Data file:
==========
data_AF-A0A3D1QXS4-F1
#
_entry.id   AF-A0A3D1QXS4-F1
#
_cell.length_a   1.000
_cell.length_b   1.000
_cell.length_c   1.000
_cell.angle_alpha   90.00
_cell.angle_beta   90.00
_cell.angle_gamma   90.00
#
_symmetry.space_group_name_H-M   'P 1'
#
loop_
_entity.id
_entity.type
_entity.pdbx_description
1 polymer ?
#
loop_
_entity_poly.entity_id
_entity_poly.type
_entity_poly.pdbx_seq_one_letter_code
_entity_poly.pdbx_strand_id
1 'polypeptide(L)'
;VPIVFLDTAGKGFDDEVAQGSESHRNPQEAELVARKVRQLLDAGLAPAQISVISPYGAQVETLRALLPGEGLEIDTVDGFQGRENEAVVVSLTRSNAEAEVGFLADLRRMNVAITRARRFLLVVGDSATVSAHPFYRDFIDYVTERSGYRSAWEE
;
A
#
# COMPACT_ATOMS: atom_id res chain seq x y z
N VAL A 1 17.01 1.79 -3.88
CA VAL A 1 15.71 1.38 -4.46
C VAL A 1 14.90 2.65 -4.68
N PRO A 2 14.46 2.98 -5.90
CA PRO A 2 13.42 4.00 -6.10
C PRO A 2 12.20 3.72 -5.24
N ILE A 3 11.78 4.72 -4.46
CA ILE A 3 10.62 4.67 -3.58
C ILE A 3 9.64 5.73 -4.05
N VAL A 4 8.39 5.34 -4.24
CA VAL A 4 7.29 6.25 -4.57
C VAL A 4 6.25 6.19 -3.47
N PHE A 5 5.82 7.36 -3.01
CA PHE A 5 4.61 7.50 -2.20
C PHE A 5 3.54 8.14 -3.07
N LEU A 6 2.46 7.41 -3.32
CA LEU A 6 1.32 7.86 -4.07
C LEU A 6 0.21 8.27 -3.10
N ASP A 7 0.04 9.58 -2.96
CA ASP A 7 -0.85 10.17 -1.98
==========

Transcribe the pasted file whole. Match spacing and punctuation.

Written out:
data_AF-A0A3D1QXS4-F1
#
_entry.id   AF-A0A3D1QXS4-F1
#
_cell.length_a   1.000
_cell.length_b   1.000
_cell.length_c   1.000
_cell.angle_alpha   90.00
_cell.angle_beta   90.00
_cell.angle_gamma   90.00
#
_symmetry.space_group_name_H-M   'P 1'
#
loop_
_entity.id
_entity.type
_entity.pdbx_description
1 polymer ?
#
loop_
_entity_poly.entity_id
_entity_poly.type
_entity_poly.pdbx_seq_one_letter_code
_entity_poly.pdbx_strand_id
1 'polypeptide(L)'
;VPIVFLDTAGKGFDDEVAQGSESHRNPQEAELVARKVRQLLDAGLAPAQISVISPYGAQVETLRALLPGEGLEIDTVDGFQGRENEAVVVSLTRSNAEAEVGFLADLRRMNVAITRARRFLLVVGDSATVSAHPFYRDFIDYVTERSGYRSAWEE
;
A
#
# COMPACT_ATOMS: atom_id res chain seq x y z
N VAL A 1 17.01 1.79 -3.88
CA VAL A 1 15.71 1.38 -4.46
C VAL A 1 14.90 2.65 -4.68
N PRO A 2 14.46 2.98 -5.90
CA PRO A 2 13.42 4.00 -6.10
C PRO A 2 12.20 3.72 -5.24
N ILE A 3 11.78 4.72 -4.46
CA ILE A 3 10.62 4.67 -3.58
C ILE A 3 9.64 5.73 -4.05
N VAL A 4 8.39 5.34 -4.24
CA VAL A 4 7.29 6.25 -4.57
C VAL A 4 6.25 6.19 -3.47
N PHE A 5 5.82 7.36 -3.01
CA PHE A 5 4.61 7.50 -2.20
C PHE A 5 3.54 8.14 -3.07
N LEU A 6 2.46 7.41 -3.32
CA LEU A 6 1.32 7.86 -4.07
C LEU A 6 0.21 8.27 -3.10
N ASP A 7 0.04 9.58 -2.96
CA ASP A 7 -0.85 10.17 -1.98